Q: Could my old episiotomy scar be causing me pain?

It would be very, very unusual for an old episiotomy scar to become problematic. You say you experience dryness, irritation, and a “tearing feeling,” which sounds to me entirely consistent with vulvodynia (also called vestibulodynia or provoked vulvodynia). Other ways the pain has been described are “sandpaper,” “cutting,” or “ripping.” The most common experience with vulvodynia is pain with intercourse, and usually not with other activities (although sometimes women have sensitivity when wiping after urination). There may or may not be vaginal dryness.

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If the pain you’re experiencing is related to atrophy, which is very common and usually evident by vaginal dryness, the Premarin vaginal cream you describe using should be quite effective for that. A topical steroid, which you’ve also been prescribed, would be helpful if there’s an identified vulvar skin condition or dermatosis, but I’m not sure any of your descriptions indicate that the steroid is beneficial. You also asked about the Mona Lisa Touch, which has been shown effective for atrophy, but not vulvodynia, at least thus far.

For patients with vulvodynia, I use a compounded prescription of low-dose estrogen plus testosterone applied to the opening of the vagina (the introitus) two times a day for 12 weeks, tapering to once a day or less. Another option might be Intrarosa, a relatively new treatment for vulvovaginal atrophy, which I’ve begun using with some vulvodynia patients. Intrarosa is a vaginal insert, used nightly; it’s metabolized to testosterone (and estrogen) in the vagina, so I think this is going to help vulvodynia.

Note that vulvodynia can be difficult to diagnose, because the vulva and vagina may look normal. Describing your symptoms accurately will be extremely helpful!


Dr. Barb DePree MD
Dr. Barb DePree MD

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14 Responses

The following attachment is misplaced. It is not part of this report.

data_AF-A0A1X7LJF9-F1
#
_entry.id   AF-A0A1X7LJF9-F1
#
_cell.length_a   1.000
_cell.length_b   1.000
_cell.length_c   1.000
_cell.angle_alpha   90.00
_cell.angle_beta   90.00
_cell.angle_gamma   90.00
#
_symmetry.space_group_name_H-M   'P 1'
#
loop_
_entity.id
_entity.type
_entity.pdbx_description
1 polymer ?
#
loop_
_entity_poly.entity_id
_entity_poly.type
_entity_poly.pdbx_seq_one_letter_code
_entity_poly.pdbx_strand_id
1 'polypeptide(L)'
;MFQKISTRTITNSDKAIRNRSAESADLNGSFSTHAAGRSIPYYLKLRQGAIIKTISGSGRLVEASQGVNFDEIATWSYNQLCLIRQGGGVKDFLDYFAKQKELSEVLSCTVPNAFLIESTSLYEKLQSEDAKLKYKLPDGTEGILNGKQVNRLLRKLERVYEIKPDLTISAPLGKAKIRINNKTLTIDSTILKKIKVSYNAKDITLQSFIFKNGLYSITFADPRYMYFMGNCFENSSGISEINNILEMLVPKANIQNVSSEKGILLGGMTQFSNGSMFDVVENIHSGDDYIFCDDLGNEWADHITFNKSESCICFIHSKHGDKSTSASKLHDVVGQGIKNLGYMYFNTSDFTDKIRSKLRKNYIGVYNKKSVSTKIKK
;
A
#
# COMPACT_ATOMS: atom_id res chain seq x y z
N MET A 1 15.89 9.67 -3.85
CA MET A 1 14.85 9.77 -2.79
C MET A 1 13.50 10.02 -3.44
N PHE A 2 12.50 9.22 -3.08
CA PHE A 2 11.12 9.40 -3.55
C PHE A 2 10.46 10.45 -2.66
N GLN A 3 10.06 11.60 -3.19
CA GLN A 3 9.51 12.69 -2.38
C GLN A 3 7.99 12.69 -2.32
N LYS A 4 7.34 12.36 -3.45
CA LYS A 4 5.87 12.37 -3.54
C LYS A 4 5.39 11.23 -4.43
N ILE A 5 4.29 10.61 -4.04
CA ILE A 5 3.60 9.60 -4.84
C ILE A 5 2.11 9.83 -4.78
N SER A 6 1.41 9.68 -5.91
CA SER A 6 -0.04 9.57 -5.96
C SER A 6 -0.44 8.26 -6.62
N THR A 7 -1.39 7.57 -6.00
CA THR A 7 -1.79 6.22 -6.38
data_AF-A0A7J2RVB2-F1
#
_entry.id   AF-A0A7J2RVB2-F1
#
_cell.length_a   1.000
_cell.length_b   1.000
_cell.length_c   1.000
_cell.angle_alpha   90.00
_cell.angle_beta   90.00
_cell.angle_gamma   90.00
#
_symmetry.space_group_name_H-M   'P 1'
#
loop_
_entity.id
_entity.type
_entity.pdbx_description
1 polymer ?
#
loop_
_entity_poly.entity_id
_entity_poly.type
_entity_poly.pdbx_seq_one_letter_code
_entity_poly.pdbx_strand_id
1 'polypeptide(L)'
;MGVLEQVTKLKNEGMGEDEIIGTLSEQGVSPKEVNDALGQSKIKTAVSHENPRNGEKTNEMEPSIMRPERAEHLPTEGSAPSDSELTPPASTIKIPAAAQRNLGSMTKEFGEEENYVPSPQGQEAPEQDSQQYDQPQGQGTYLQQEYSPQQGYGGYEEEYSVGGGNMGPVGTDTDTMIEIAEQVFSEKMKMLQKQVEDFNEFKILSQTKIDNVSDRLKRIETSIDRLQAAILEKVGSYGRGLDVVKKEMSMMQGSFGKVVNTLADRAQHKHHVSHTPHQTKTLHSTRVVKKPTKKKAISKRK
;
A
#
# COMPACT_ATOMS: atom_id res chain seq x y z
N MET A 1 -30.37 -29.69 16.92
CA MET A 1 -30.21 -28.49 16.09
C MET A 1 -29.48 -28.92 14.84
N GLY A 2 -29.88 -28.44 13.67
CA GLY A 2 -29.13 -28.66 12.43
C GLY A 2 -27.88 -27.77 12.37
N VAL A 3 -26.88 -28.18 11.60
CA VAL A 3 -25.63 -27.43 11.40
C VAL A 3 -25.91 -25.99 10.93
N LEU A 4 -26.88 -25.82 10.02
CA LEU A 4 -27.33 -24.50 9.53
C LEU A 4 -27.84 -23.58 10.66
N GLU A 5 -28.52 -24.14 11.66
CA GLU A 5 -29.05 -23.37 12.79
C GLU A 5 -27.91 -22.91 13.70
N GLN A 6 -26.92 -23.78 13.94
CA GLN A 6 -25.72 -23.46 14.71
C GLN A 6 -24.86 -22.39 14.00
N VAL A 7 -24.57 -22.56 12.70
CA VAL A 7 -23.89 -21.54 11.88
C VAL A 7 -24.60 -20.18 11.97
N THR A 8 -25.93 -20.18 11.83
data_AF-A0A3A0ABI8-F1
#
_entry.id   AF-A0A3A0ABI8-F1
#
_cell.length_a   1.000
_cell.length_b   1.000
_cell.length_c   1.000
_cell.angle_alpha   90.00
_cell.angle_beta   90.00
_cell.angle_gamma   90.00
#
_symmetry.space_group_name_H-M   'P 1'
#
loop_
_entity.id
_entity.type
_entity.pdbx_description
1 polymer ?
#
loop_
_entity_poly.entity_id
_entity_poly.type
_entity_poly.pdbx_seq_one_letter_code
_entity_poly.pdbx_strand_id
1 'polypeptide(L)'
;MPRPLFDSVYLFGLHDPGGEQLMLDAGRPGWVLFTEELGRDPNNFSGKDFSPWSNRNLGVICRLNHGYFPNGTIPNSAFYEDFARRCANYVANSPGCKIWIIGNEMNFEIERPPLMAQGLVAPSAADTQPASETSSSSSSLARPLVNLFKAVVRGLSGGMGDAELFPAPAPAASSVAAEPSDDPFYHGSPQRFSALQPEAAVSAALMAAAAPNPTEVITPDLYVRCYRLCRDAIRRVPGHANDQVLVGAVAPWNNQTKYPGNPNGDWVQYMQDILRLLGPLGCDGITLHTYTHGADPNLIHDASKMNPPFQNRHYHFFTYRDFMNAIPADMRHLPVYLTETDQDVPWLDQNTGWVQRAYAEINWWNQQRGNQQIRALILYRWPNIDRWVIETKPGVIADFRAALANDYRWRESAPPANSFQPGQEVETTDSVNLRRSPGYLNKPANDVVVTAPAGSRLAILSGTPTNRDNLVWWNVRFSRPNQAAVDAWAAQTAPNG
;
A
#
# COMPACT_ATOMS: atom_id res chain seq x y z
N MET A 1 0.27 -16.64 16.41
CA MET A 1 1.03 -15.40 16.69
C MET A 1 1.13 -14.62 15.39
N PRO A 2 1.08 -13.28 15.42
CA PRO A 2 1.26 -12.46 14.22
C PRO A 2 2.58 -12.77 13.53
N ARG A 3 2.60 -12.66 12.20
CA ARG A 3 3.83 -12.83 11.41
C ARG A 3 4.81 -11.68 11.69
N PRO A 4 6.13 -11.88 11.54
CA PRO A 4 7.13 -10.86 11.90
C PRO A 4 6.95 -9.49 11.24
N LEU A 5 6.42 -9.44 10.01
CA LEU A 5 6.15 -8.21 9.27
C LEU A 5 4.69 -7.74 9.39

Dr Barb
Dr Barb

August 31, 2020

Latephat, you should follow up with your doctor about the pain you are experiencing. They will be able to determine the cause of your discomfort and the appropriate treatment for you.

Latephat
Latephat

August 31, 2020

Hello….i had my baby last year April, i had tears then not much tho, which hill view weeks after but now I’m noticing some pain down there ,should i be worried and what can i do?

Dr Barb
Dr Barb

March 30, 2020

Joy, this is something that needs to be examined by your provider. It may be a hemorrhoid, recital fissure or non-healing of the episiotomy but it needs to be properly assessed to find a solution.

Joy
Joy

March 30, 2020

Hi there I had my son a year ago with quite an intense episiotomy and ever since having him I’ve had pretty bad pain down there especially while going number 2 so I grabbed a mirror and checked down there and it looks to be a pea size bulges of scar tissue that is causing my ripping open a scab over and over type pain. Any recommendations?

Dr Barb
Dr Barb

February 26, 2020

Colin, there are several possible causes for this pain, though likely not your partner’s scar. There are options available to help with this pain and discomfort, but to find the correct course, your partner should see their provider to properly diagnose and treat.

Colin
Colin

February 26, 2020

I’m other half is embarrassed to ask or seek advise. But she is going through the menopause and has found intercourse at the point of climax painful (her climax). She has an episiotomy scar (20 year old scar) and is saying the pain is centered around that area. All parts of the love making process is fine and enjoyable smaller climaxes are uncomfortable but not too painful. Is there something that can be done as we have a very good sex life and we don’t want back down from it. Any advise please.

Dr Barb
Dr Barb

December 16, 2019

Dolores, It is very very unlikely that an old episiotomy scar would be causing pain. I would look to another cause, but I can’t tell you what might be going on to cause the ‘loose skin’ and discomfort.